Trip Report – San Diego Phlegm Family Chaos Jam

Trip Report – San Diego Phlegm Family Chaos Jam
February 4, 2008 Jon Armstrong

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Our recent road trip to San Diego was something we had talked on and off about for quite awhile. As with most decisions in our house, once we pull the trigger, it’s usually a really rapid deployment from the decision to move forward. We decided on the trip on a Friday morning and the following Monday, we were on the road. I booked cheap, dog friendly/dog-centric motels and we packed a lot of distraction for Leta and the dogs.

I’m not sure what I expected from the trip, except to see sun and feel warmer in California than I do in Utah. Who goes on a trip with an almost 4 year-old and two dogs, one of which is still not completely housebroken? In my mind, I pictured thousands of families making trips just like this all the time. Certainly, they survived and so would we. We had only one grown up thing scheduled, the rest was just gravy and whatever we felt like doing. We figured that with Leta, we’d only get a few hours at whatever attraction or activity we decided to do. We didn’t care. We just wanted so see the sun and if it wasn’t too cold, take the dogs to a beach or two. Maybe take a couple hundred pictures.

After a rough holiday season including the loss of an uncle, a medical procedure for a family member (I’m not going to go further out of respect for their privacy) over the holidays, I figured we were due for some slightly more relaxing times. We always talk about travel, but rarely do it. This seemed a great opportunity.

With hearts full of hope….

Day One – Monday
(after each of these subheads, you need to insert an orchestral sting from either The Shining or Law and Order.)

We awaken to a massive amount of new snow and it continues through our departure time. The snow is so deep that the four wheel drive truck, purchased specifically for weather like this, can’t get in the driveway until I clear it. I also needed to walk the dogs because they are about to be in a car for six hours minimum. We have to make Mesquite, Nevada, which wouldn’t normally be a problem. I had hoped to make it by dinner. The snow removal and subsequent delay causes friction and bad energy in the house with a couple of slammed doors. I’m becoming my father. Right before major trips, he’d lose his temper more frequently and get worked up trying to get out the door. That was with six kids. I just have the one and the two dogs, so I don’t think that my foul mood is either justified or helping start the trip right. More on this later.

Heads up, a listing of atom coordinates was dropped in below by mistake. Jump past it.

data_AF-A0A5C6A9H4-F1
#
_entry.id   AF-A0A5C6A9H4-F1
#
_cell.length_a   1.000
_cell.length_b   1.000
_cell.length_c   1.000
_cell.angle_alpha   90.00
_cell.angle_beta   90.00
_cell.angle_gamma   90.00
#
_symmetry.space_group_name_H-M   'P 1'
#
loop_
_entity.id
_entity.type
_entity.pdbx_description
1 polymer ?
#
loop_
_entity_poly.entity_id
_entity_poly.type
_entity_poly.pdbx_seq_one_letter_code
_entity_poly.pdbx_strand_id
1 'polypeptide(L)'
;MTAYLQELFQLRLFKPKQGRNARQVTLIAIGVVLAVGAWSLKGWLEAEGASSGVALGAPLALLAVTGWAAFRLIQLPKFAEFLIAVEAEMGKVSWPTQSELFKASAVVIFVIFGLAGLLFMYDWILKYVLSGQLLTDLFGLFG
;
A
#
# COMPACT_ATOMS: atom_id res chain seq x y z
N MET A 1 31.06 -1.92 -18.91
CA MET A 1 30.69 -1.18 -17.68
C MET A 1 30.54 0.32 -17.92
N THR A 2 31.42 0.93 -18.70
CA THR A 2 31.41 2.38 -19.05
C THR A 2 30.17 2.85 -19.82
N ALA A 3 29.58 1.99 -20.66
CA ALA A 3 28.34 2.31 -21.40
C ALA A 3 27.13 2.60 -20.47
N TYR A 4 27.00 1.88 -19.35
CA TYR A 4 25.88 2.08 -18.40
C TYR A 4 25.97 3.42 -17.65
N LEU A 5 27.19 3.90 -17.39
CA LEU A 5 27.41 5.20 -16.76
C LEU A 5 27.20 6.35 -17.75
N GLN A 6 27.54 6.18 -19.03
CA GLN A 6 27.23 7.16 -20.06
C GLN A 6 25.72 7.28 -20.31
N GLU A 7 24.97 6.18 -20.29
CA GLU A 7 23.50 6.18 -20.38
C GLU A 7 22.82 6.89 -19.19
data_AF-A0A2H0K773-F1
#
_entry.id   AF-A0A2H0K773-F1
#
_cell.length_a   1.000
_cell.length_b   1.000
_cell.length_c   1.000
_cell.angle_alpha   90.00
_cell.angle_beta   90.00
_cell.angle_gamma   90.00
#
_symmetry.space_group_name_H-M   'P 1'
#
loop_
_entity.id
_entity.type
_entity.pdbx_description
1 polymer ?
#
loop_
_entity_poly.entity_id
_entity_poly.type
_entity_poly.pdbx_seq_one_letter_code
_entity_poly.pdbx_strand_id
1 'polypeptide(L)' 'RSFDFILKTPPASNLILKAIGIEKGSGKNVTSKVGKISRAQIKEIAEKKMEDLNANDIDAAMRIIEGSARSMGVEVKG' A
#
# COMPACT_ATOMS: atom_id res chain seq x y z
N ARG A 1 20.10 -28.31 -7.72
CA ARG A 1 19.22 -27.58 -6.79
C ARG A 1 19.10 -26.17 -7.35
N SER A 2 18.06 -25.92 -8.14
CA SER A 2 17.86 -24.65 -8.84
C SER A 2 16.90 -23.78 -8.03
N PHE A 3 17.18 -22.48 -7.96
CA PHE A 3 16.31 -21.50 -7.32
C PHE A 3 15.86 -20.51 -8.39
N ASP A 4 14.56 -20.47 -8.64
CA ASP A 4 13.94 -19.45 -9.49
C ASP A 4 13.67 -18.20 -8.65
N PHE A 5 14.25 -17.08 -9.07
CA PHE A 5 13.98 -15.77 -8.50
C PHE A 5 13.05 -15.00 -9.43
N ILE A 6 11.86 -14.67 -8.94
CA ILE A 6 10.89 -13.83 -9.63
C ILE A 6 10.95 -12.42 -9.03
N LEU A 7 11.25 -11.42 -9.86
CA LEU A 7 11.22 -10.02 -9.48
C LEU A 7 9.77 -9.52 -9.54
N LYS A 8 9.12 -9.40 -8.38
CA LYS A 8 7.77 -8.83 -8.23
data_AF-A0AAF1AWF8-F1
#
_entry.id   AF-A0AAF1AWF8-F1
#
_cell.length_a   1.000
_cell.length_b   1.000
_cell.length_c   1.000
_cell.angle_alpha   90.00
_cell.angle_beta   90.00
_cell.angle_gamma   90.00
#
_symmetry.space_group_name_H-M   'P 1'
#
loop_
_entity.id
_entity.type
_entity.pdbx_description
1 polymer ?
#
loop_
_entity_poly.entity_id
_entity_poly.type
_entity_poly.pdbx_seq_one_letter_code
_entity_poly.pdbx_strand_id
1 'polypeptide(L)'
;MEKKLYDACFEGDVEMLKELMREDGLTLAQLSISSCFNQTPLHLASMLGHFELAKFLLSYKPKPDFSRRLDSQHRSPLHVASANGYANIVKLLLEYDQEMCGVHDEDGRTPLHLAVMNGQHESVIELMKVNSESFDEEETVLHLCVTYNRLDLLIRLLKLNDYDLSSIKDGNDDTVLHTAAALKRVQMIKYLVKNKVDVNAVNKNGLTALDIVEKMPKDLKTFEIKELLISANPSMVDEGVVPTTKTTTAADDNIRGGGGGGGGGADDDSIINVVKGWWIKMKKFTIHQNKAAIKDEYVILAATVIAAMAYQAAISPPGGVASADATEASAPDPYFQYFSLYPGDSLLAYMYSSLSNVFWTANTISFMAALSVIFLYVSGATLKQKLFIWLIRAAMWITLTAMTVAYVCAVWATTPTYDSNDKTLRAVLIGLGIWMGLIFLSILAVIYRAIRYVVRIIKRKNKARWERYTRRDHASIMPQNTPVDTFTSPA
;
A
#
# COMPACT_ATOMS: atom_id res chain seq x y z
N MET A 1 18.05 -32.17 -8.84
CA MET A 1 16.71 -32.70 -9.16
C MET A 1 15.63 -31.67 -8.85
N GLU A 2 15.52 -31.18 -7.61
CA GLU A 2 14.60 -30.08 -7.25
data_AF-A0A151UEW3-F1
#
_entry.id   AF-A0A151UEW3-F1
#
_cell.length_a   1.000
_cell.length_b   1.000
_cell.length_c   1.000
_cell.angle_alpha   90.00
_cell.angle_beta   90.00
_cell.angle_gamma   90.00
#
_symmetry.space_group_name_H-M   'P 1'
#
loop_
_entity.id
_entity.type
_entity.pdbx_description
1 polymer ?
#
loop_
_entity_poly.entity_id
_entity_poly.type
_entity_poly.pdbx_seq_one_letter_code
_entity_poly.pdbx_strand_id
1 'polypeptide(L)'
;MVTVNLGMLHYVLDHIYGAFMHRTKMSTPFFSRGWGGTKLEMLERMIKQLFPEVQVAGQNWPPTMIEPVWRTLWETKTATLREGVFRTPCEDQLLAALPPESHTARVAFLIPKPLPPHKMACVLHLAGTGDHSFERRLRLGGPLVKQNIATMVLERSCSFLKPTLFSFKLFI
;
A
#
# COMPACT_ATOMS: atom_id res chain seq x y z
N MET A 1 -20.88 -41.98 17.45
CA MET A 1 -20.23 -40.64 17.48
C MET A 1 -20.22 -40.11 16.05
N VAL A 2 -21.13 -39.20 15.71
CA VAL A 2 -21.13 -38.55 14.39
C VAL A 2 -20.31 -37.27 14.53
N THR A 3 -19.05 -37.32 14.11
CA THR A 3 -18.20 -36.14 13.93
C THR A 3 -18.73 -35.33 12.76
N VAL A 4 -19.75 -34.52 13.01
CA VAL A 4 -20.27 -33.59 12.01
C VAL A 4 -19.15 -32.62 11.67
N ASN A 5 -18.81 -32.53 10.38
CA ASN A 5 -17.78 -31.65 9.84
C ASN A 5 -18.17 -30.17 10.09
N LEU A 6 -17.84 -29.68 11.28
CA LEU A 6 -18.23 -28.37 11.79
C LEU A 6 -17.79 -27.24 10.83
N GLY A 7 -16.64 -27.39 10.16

We finally hit the road mid-afternoon. The storm cleared a little bit, but the roads were still a mess. We stopped in Nephi, Utah for a bio break (all parties) and later in St. George, Utah for dinner and another bio break.

We roll into Mesquite at about 7:30pm local time. Because we are now in Nevada, we’ve gained an hour and Leta gets a free pass on bedtime. We are all tired, but in good spirits and happy to be in weather that is above 20°F. The dogs seem to have no problem traveling together. All is right with the world. I walk the dogs and remember our travels with Chuck when he was a puppy. He took to house training much quicker than Coco has. Must stay on top of puppy’s pee breaks. So far, no incidents.

Day Two – Tuesday
We took our time waking up and barely made the freebie continental breakfast at the motel by 9:30 am local time. Fantastic. Everybody was rested. The adults showered and we hit the road around 11 AM, about what I figured given the circus we are traveling in. I stopped at a store for water and since my throat was so tight and my breathing so difficult, an asthma inhaler. I think our pet-approved motel rooms housed cats. I’m violently allergic to cats. I took a breath from the inhaler and it was like the world opened up. I convinced myself that was the extent of the problem and drove on.

I tried to leave the bad energy behind as we head west into the sun. We stopped for gas and lunch in Primm, Nevada. As I was gassing up, I caught a chill. Heather offered to drive, which was great. I could feel myself coming down with something and it wasn’t good.

At Victorville, California, I took over driving duties and drive us in to San Diego. Our first major meltdown occurred outside of San Bernadino as we make our way on the I-15, the hills caused Leta’s ears to clog and no amount of telling her what to do or giving her gum would stop the screaming. She finally passed out for an hour while we battled gridlock due to an accident.

We heard about Heath Ledger’s death and listened to the radio for news. Very sad and shocking.